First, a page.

European Parliament backs new ship recycling regulation

23 October 2013 (Last Updated October 23rd, 2013 18:30)

European Parliament has given the green light to the new EU ship recycling regulation proposed by NGO Shipbreaking Platform, under which ships will not be dismantled on the country’s beaches.

European Parliament has given the green light to the new EU ship recycling regulation called for by the NGO Shipbreaking Platform, under which ships will not be dismantled on the country’s beaches.

The initiative by the NGO coalition is aimed to improve shipbreaking practices globally.

The new regulation, however, is applicable only for those ships that are registered under the flag of an EU member state.

The registered ships will be broken in facilities that meet the regulatory requirements and that are listed by the European Commission.

The new regulation also demands all the ships visiting European ports to provide inventories of hazardous materials.

According to the NGO coalition, the regulation will fail to create an impact if financial incentive is not introduced to ensure compliance with the new rules.

The regulation also asks the European Commission to amend the Environmental Crimes Directive act to include breaches of the new regulation, to develop adequate technical guidance notes on the requirements for ship recycling facilities, and to certify and audit ship recycling facilities outside the EU.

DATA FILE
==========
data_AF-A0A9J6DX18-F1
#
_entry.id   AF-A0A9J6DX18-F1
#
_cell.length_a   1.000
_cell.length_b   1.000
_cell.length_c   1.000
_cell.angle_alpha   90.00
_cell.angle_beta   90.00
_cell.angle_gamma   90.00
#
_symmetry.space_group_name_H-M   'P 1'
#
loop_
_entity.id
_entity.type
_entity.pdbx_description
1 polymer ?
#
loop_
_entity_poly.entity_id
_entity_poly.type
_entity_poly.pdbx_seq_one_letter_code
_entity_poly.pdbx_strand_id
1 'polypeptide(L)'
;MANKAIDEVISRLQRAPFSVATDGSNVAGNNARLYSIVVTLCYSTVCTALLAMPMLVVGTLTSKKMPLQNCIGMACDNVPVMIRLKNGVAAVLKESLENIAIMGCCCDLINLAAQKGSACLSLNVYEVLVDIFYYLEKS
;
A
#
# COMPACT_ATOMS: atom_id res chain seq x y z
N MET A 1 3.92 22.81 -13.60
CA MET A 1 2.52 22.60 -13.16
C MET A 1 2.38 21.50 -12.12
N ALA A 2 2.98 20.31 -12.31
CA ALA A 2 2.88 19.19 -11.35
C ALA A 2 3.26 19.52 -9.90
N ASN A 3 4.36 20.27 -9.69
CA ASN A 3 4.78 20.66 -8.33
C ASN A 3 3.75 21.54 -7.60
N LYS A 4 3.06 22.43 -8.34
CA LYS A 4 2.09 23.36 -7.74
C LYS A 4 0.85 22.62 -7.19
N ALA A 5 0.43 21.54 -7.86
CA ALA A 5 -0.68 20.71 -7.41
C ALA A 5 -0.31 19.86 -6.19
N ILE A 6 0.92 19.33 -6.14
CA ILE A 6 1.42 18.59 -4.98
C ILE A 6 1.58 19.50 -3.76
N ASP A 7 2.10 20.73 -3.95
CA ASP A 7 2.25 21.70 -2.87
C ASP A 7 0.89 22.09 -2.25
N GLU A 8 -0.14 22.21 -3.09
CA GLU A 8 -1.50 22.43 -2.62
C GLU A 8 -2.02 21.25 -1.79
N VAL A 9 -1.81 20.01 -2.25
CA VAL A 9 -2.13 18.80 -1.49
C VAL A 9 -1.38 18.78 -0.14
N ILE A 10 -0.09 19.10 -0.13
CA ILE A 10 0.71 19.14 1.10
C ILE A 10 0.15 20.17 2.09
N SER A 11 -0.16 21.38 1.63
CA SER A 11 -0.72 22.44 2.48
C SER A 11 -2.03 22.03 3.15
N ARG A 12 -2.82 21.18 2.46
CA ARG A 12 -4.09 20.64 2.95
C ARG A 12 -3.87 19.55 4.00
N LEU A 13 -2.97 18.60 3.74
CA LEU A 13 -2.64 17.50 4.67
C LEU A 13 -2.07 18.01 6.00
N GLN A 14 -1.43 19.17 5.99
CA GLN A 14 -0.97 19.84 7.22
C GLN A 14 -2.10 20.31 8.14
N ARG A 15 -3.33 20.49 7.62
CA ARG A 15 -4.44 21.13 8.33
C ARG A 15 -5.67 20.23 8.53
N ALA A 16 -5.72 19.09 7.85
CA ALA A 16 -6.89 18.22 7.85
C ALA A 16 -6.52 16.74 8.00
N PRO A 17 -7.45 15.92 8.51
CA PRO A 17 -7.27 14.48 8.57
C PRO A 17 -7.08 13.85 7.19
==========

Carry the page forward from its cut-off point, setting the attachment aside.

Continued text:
NGO Shipbreaking Platform executive director Patrizia Heidegger said without a financial incentive, circumvention of European law covering end-of-life vessels will persist and European ship owners will be allowed to continue to seek significant financial profits by externalising environmental and human health costs to the shipbreaking beaches of Bangladesh, India and Pakistan, and to the exploited workforce there.

"To ensure that the regulation has a positive impact on improving ship recycling practices globally the European Commission needs to make sure that the listed facilities are properly audited and certified to guarantee Environmentally Sound Management (ESM) of hazardous waste; that breaches of the law are sanctioned in line with internationally accepted penalty schemes; and that ship owners do not simply flag out to a non-EU flag prior to selling the vessel for dismantling in an attempt to circumvent EU law," Heidegger added.

The new regulation also has some drawbacks; it can’t prevent ship owners from changing their ship’s registration to a non-EU flag, which could result in reduction of the number of EU registered ships.

Before adopting the new ship recycling regulation, the EU will be forced to reconcile the illegality of unilaterally acting in non-compliance with international law.